Children who received gun safety training are just as likely to play with and fire a real gun as children not trained. In one study, 8-12 year old boys were observed via one-way mirror as they played for 15 minutes in a waiting room with a disabled .38 caliber handgun concealed in a desk drawer. Seventy-two percent discovered the gun and 48 percent pulled the trigger; 90 percent of those who handled the gun and/or pulled the trigger had prior gun safety instruction.
Rather than confer protection, careful studies find guns stored in the home are 44 times more likely to be involved in an accidental death, homicide by a family member, or suicide than against an intruder. In 2009, suicide was the third leading cause of death for American youth, with firearms the most common method used. The American Academy of Pediatrics has concluded, "the most effective measure to prevent suicide, homicide, and unintentional firearm-related injuries to children and adolescents is the absence of guns from homes and communities."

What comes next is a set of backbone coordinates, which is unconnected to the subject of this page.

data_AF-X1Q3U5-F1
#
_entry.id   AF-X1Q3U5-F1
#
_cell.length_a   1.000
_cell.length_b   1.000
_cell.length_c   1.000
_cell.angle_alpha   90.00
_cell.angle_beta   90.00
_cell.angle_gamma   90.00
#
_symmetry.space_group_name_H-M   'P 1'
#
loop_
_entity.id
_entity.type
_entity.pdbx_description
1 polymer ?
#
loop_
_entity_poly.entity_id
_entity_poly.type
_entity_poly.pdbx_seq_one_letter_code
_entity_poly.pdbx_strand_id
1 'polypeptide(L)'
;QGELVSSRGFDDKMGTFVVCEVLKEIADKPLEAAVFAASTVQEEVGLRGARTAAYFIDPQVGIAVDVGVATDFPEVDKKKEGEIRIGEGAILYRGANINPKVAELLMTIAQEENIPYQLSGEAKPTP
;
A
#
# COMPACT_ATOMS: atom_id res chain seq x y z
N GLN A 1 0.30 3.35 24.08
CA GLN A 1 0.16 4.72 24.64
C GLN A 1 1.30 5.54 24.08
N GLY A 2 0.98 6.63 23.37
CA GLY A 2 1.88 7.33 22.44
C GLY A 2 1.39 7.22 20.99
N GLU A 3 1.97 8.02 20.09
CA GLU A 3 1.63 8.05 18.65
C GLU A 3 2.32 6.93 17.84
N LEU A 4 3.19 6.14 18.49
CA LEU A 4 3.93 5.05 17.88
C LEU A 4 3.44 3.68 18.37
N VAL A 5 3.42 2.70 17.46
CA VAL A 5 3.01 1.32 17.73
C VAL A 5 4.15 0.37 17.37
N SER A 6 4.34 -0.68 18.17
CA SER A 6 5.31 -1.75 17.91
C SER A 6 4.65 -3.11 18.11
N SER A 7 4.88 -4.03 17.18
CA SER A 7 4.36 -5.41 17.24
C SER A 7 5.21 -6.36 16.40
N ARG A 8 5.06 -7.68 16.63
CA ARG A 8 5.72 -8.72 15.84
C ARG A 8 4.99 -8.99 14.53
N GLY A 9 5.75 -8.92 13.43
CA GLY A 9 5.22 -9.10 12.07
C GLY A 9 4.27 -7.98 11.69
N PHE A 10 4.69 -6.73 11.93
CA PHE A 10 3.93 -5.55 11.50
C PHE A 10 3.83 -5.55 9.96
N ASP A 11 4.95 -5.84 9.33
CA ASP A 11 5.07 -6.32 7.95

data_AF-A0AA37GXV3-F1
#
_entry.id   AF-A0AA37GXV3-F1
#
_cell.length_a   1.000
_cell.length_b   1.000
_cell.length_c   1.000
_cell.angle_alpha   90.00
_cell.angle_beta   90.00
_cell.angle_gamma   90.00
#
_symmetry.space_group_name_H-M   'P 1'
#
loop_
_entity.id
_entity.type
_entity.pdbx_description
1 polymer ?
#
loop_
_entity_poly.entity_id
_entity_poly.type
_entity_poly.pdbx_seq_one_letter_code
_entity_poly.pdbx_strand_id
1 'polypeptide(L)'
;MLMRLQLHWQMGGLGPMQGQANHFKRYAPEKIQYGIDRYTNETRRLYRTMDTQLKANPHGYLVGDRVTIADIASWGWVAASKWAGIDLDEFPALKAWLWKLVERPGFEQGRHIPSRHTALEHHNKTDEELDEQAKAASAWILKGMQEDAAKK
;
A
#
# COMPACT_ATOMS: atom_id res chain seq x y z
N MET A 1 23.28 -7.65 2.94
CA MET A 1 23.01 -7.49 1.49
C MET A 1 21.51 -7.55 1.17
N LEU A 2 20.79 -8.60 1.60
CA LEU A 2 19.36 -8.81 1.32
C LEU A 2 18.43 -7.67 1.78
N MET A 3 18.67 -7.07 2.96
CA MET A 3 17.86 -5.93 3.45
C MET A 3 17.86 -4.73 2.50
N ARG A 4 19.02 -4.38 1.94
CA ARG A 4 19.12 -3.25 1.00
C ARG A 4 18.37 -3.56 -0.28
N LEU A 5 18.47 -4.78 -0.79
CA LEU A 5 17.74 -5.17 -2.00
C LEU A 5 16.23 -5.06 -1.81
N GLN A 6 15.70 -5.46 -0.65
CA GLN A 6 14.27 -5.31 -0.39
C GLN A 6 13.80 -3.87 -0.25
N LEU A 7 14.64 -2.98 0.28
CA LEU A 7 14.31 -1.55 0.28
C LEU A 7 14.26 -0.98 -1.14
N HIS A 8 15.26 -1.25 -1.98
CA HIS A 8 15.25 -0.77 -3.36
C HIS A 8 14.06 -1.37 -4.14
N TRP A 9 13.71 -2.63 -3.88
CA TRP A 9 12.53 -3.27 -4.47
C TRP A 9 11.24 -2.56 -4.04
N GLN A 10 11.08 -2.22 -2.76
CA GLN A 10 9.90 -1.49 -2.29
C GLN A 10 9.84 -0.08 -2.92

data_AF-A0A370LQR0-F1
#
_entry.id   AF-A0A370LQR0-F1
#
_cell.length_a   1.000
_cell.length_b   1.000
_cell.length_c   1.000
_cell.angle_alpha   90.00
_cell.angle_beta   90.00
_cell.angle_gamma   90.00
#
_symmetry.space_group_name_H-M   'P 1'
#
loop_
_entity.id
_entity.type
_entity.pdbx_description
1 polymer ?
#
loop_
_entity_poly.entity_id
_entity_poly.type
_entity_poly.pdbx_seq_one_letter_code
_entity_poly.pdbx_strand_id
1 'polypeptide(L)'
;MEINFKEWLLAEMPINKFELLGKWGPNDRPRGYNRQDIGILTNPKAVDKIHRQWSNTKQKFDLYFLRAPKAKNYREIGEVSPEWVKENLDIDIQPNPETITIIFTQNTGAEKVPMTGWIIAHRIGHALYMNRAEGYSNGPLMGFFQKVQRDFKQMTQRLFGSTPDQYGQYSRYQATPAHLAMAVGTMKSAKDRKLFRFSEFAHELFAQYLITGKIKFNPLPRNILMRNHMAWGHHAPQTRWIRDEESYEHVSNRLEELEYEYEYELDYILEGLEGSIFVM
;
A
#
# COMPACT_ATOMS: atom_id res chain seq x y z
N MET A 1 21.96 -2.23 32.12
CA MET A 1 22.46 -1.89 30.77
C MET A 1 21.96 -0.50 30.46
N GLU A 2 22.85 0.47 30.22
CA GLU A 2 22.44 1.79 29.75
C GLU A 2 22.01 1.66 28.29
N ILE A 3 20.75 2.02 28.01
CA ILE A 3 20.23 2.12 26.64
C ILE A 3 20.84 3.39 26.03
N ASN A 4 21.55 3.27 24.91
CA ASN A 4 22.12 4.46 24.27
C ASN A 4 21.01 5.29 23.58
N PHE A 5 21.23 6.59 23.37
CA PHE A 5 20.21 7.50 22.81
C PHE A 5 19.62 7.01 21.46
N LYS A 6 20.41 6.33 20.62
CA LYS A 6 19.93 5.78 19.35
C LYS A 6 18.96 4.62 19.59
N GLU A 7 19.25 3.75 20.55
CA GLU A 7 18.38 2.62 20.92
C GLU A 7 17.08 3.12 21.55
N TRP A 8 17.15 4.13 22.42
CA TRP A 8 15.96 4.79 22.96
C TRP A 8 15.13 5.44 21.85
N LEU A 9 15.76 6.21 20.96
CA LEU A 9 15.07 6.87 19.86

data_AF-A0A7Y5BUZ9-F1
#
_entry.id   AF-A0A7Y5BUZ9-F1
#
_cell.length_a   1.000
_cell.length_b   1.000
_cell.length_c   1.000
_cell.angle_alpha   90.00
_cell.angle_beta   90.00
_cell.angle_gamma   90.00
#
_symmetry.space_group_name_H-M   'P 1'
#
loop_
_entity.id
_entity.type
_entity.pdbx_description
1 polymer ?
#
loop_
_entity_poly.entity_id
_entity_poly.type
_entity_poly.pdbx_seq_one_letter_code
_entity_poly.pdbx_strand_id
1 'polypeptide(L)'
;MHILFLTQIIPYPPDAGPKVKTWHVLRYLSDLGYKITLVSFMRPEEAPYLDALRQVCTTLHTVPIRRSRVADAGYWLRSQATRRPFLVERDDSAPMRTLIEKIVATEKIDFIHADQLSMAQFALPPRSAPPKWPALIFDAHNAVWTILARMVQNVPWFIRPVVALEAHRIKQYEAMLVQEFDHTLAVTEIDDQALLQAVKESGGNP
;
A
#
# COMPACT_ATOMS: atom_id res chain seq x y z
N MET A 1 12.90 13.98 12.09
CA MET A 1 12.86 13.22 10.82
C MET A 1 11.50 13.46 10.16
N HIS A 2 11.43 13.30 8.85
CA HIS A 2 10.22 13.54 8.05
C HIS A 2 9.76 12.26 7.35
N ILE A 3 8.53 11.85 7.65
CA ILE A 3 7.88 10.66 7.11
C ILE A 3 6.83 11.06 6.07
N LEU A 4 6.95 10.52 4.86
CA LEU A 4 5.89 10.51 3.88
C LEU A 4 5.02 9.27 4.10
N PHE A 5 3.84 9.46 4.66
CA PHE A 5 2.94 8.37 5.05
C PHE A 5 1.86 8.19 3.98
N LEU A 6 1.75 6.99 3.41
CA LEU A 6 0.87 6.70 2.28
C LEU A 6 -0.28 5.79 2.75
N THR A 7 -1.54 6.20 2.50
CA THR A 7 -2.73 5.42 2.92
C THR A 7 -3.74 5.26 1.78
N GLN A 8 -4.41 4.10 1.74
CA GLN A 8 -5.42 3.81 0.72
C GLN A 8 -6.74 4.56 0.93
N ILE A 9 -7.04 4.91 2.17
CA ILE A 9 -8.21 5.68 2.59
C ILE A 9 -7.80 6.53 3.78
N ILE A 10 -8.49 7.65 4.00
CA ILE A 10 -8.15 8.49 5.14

Firearm-related deaths are among the top three causes of death among American youth. From a public health point of view, the origins of gun violence are many. The convergence of apparently too-easy access to firearms; a generation increasingly desensitized to gun violence and its real consequences through regular exposure to slaughter during video games, movies and television; and mental health problems, particularly among adolescents and young adults, often contributes to deaths from firearms in this country.
The American Academy of Pediatrics has long advocated specific measures to prevent violence to children. Those measures include banning the sale of assault weapons and high-capacity ammunition magazines to the public, stricter firearms safety laws and background checks, limiting children's exposure to media violence as in movies and video games and greater support for mental health services.